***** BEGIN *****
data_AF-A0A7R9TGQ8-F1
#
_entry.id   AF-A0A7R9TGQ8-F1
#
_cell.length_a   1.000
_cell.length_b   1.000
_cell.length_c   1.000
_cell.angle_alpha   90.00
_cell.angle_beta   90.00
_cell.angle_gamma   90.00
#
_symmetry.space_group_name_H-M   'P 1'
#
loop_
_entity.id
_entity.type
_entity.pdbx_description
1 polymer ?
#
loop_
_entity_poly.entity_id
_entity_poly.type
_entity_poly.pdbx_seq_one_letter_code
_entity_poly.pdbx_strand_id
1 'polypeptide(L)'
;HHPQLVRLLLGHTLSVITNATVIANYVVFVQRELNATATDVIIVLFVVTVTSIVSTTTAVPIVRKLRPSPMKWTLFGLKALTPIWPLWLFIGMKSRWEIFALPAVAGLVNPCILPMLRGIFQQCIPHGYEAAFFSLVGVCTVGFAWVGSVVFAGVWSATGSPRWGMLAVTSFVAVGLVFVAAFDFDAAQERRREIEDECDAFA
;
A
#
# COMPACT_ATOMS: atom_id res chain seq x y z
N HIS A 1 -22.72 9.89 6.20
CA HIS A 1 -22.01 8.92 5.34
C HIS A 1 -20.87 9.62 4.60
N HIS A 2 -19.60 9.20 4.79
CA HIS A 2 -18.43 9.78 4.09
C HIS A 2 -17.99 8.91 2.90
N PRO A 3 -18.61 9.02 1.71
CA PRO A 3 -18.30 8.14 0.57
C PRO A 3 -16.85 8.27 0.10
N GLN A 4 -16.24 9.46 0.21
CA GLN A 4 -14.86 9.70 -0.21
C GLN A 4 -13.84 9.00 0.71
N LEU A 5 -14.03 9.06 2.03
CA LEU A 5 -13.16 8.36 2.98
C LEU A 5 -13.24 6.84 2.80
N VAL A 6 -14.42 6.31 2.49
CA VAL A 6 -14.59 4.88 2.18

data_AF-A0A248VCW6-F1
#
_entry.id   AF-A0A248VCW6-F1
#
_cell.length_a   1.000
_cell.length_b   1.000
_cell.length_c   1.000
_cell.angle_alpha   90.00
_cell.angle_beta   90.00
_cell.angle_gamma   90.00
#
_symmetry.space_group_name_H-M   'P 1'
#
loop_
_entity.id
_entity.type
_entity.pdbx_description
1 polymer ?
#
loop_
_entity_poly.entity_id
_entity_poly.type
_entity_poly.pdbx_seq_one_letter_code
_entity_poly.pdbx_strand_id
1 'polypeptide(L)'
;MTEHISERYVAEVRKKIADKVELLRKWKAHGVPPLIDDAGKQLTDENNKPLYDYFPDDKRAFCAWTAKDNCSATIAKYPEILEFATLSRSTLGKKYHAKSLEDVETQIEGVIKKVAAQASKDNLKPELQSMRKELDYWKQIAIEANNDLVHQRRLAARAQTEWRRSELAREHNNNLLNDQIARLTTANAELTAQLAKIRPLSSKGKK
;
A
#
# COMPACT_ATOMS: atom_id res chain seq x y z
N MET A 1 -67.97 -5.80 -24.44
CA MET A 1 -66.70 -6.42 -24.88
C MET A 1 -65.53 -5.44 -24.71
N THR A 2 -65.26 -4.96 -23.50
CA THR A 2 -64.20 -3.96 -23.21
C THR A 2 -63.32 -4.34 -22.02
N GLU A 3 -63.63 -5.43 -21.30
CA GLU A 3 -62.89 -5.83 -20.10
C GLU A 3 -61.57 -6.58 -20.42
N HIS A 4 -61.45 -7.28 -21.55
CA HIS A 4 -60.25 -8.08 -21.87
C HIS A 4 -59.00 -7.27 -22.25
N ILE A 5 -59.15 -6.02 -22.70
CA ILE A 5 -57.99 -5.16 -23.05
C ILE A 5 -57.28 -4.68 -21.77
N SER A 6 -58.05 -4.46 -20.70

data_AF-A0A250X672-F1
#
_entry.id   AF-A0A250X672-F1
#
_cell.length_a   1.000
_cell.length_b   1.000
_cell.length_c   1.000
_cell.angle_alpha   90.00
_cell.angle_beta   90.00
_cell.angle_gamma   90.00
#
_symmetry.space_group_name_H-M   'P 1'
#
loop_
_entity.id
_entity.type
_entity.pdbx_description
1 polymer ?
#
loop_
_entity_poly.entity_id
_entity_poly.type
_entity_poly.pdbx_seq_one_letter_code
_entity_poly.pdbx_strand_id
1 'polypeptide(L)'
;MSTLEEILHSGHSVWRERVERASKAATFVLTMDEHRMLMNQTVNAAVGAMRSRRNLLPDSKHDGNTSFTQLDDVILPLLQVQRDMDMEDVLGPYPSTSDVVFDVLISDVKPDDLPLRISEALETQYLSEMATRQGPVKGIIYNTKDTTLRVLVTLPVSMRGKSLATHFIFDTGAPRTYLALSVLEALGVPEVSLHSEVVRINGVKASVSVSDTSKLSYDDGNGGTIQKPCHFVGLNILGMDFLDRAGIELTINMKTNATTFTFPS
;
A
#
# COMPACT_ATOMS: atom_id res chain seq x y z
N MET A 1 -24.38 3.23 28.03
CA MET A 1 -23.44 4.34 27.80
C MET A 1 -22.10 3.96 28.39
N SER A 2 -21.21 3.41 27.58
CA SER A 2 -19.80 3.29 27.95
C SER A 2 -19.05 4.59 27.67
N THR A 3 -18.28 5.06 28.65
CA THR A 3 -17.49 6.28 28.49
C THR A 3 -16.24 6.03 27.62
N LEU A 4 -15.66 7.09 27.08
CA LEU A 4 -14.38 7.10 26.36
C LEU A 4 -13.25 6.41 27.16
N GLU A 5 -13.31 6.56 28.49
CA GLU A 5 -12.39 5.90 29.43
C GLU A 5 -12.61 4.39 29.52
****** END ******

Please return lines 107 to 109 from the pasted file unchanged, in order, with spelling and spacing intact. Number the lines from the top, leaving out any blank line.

loop_
_entity.id
_entity.type